Along with the racing action this weekend, let's see what else is going on in the world of auto racing this week.
NASCAR in Indianapolis
The NASCAR Sprint Cup Series hits Indianapolis Motor Speedway this weekend for the Brickyard 400. Defending race winner Jeff Gordon is looking for his sixth win at the track in what will be his last start here before he retires at the end of the season.
At a track synonymous with IndyCars, Indianapolis is generally not an overly exciting race for the tin tops. With a new aerodynamic package for the race that will produce higher drag, there may be more excitement than in years past.
This is the 21st year that the Sprint Cup Series has raced at the Brickyard and the fourth year at the track for the Xfinity Series.
Kyle Busch on a tear
Speaking of NASCAR Sprint Cup, Kyle Busch missed the first eleven races of the season with a broken foot and ankle, which he suffered in the season-opening Xfinity Series race in Daytona.
Since his return to the series in late May, Busch has won three of the last four races in his fight to get into the Chase for the Sprint Cup. Beyond his Sprint Cup victories, Busch also won an Xfinity Series race in Michigan last month.
In order to be eligible for the Chase, Busch must have at least one win (mission accomplished) and also must rank inside the top-30 in points. With seven races to go before the Chase begins, Busch sits 33rd in points, only 58 points out of 30th place. Busch has never won at Indianapolis, but has finished second twice, so he will likely be a factor this weekend.
I have no doubt he'll not only make it into the Chase, but he may just win it all. Now that would be amazing for a guy who will certainly go down as one of the best drivers NASCAR has ever seen.
Truck racing at Eldora
Last night saw the Camping World Truck Series compete in its only dirt track race of the season at Eldora Speedway in Ohio. Rookie Christopher Bell held off Bobby Pierce to win by .761 seconds in only his third series start.
The 20-year-old dirt racer led 106 of the 154 laps on the half-mile clay oval in his No. 54 Kyle Busch Motorsports Toyota. Points leader Matt Crafton finished ninth while Tyler Reddick (second in points) and Erik Jones (third in points) finished third and fourth, respectively.
Janesville native Travis Kvapil was involved in an accident on lap 112 and finished 30th.
IndyCar's new “rule”
Many IndyCar fans were rolling their eyes and groaning this week after series boss Mark Miles informed competitors of a new rule for conduct. The new rule, first reported at Racer.com, is defined in the series rulebook as “Rule 9.3.8, Detrimental Competitor Conduct.” It basically states that competitors must not engage in conduct or statements that will criticize any facet of the series.
This is obviously in response to many drivers who were critical following an oval race earlier this month at Fontana, California. Some drivers called into question the rules that produced the close racing while some other drivers wondered if the IndyCar brass was actually listening to their concerns.
Last week, following a race in Iowa, driver Ed Carpenter was upset with how rookie Sage Karam was racing him and confronted Karam after the race. While there were not really any fireworks associated with the confrontation, it seems to have had something to do with this new rule.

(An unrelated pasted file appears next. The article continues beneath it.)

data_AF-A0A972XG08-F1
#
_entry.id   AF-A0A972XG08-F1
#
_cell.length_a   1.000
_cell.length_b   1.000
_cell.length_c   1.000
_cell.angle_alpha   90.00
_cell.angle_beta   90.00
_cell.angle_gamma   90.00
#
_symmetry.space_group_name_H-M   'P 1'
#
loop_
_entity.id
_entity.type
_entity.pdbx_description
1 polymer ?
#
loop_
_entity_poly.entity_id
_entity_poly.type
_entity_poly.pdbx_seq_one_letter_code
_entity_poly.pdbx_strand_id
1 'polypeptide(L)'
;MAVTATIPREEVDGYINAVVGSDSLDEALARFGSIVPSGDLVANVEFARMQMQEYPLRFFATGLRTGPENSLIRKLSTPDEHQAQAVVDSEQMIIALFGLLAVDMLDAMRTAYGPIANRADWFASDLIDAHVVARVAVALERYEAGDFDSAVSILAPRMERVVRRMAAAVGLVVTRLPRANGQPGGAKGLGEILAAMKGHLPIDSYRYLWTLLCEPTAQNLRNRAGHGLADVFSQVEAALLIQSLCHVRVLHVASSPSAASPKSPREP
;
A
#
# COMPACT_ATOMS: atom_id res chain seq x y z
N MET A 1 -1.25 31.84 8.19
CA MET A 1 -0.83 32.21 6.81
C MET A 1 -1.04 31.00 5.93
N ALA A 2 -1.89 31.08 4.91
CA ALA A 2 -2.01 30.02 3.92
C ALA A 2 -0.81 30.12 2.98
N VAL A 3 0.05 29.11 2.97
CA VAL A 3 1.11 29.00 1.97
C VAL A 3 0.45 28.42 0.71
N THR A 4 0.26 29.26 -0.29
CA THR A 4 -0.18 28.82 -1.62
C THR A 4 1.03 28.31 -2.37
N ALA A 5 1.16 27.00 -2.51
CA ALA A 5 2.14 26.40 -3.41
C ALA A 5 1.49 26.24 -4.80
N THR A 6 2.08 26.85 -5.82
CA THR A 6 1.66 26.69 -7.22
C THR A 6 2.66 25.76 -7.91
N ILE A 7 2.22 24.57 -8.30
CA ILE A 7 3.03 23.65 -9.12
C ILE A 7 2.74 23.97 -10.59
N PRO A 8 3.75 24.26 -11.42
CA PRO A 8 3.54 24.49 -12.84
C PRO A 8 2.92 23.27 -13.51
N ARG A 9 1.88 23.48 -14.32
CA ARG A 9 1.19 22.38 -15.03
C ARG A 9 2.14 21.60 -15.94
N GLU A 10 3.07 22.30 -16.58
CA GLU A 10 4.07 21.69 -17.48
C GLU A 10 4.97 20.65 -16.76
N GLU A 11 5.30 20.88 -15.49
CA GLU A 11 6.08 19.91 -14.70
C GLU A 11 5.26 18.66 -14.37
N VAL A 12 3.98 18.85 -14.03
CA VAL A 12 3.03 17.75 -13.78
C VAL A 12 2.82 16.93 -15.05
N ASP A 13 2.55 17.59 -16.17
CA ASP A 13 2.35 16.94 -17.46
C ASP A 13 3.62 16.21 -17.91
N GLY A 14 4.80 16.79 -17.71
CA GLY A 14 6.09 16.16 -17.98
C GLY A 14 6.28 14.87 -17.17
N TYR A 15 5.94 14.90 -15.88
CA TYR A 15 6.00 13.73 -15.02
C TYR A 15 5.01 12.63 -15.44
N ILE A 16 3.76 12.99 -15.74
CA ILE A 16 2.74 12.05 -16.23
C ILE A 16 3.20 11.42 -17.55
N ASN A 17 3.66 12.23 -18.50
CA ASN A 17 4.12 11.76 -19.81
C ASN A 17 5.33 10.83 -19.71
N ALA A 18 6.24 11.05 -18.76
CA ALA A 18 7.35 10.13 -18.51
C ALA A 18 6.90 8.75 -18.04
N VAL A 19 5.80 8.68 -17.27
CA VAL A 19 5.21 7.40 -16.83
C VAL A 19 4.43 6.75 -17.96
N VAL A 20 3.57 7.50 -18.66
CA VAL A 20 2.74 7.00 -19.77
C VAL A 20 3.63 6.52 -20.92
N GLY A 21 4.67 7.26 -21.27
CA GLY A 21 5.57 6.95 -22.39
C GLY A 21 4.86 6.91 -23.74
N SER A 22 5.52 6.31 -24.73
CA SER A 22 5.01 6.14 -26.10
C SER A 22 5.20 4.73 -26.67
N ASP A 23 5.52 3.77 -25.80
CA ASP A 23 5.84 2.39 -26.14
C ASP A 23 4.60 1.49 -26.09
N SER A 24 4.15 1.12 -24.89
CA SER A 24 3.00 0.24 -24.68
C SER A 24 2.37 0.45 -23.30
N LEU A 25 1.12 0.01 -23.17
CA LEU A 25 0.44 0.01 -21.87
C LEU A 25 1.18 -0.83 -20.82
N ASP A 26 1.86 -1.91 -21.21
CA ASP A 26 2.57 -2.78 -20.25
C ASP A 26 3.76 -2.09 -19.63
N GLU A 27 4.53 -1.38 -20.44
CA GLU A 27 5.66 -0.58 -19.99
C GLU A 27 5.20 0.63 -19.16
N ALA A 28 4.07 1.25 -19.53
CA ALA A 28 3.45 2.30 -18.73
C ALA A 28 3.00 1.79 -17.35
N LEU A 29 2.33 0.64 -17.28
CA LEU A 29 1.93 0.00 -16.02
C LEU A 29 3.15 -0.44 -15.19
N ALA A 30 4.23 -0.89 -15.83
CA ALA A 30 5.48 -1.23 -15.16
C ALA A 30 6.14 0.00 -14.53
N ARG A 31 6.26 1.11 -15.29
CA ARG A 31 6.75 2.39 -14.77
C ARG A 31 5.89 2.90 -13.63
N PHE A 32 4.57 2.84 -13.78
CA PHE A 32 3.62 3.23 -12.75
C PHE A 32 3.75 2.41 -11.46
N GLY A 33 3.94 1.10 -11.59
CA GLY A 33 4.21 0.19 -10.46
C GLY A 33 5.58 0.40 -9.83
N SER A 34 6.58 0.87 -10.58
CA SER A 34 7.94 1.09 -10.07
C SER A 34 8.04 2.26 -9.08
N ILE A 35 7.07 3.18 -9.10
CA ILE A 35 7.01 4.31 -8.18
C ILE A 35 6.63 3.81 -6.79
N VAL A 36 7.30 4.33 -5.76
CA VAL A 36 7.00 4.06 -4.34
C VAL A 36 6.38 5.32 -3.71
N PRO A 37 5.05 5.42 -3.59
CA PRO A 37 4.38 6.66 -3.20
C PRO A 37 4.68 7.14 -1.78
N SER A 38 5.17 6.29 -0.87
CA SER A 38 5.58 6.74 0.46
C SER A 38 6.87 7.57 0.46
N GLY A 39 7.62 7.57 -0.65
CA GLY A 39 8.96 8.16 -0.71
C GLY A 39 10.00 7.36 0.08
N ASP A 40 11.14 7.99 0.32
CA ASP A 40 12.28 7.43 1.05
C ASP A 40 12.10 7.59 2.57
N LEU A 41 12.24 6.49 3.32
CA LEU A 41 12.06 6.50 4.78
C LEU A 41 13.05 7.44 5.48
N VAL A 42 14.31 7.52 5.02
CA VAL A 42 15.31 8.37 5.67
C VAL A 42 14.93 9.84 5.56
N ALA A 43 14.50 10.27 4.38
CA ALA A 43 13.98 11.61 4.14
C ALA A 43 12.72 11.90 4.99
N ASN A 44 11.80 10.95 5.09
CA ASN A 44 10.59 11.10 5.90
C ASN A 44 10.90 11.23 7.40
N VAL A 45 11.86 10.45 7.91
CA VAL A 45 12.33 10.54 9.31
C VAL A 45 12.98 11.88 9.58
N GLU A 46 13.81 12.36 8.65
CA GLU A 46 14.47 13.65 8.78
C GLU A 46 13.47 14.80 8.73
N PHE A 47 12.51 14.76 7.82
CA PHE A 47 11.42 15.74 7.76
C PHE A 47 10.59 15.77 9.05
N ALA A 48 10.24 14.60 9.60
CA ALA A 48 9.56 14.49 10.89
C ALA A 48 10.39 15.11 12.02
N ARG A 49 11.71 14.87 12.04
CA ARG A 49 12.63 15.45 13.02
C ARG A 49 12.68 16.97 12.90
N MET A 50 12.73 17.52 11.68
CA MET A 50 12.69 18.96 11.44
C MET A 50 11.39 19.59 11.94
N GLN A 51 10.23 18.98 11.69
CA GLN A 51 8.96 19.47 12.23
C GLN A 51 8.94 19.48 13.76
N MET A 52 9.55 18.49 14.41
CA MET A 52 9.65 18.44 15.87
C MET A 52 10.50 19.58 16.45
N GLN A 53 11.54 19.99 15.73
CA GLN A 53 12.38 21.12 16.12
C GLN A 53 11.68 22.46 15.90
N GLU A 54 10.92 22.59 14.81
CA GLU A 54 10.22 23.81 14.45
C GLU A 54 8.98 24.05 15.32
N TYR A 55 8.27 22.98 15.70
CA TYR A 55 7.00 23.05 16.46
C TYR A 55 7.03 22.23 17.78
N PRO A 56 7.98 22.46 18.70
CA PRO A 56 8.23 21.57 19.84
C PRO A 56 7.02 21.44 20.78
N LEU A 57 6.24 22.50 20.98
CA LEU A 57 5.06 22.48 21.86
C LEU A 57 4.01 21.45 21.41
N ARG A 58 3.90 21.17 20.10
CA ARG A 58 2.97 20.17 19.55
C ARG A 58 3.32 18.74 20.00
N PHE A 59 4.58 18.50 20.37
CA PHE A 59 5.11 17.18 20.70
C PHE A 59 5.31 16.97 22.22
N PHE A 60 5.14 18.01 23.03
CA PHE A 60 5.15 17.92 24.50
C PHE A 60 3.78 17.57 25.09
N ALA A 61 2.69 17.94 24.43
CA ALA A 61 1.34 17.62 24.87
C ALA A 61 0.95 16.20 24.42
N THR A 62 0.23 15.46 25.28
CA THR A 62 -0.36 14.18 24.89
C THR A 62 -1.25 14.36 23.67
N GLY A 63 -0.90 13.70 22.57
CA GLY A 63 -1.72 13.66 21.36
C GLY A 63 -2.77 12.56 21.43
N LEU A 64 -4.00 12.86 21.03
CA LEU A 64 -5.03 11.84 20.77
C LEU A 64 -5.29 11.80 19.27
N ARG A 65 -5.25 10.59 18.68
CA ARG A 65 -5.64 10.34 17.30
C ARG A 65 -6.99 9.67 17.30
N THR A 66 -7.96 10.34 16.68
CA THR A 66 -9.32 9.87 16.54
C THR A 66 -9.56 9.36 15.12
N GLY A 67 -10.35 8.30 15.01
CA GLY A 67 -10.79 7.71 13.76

Even though Miles insists this new rule shouldn't be seen as a “gag order,” it's hard to imagine why else such a rule would now exist. With only three races remaining in the season, one wonders why the series couldn't have just waited until the off-season to address these concerns. The series is certainly great at shooting itself in the foot, and this writer thinks it's time for a mangement change.
Last Saturday saw the death of Formula One driver Jules Bianchi, who was critically injured in a race last October. Bianchi, 25, had been in a coma since colliding at high speed with a mobile crane during a safety period at the Japanese Grand Prix.
The crane was removing another crashed car from the course under a caution period when Bianchi's car skidded off track into the run-off area where the crane was located. In a report released today, a peak impact of 254g was recorded in the accident.
The Frenchman had been driving for the Manor (formerly Marussia) F1 team and scored the first-ever points for the team by finishing ninth at Monaco last season. Bianchi's death marks the first time an F1 driver has died due to race injuries since three-time champion Ayrton Senna was killed at the 1994 San Marino Grand Prix.
—In racing action last Friday at Madison International Speedway, Zack Riddle won the NASCAR Whelen All-American Late Models feature, Dan Snyder took the win in the Bandits division, Derek Kraus and Kevin Knuese won in Super Trucks and Aaron Moyer won in the Legends division. This Friday's action brings twin features for the Sportsman Series as well as the Hobby Stox, DASH Series and Six Shooters divisions. Gates open at 6 p.m. with racing starting at 7:30 p.m. Tickets are $12 adults, $10 seniors and $8 students ages 12-17. Kids ages 6 and younger will be admitted free. Get your tickets here.
—Racing returns to Rockford Speedway on Saturday with the Late Model, Sportsman, Short Tracker and Roadrunner divisions. Gates open at 5 p.m. with racing at 7 p.m. Tickets are $12 adults, $8 students ages 12-17 and $5 kids ages 6-11. Get your tickets here.
—Catch some racing at Jefferson Speedway with Late Model, Sportsman, Hobby Stock, International, Road Warrior and Bandit divisions Saturday. Gates open at 2 p.m. with time trials at 5 p.m. and racing at 7 p.m. Tickets are $12 adults, $8 seniors and students ages 12-15 and $4 kids ages 8-11.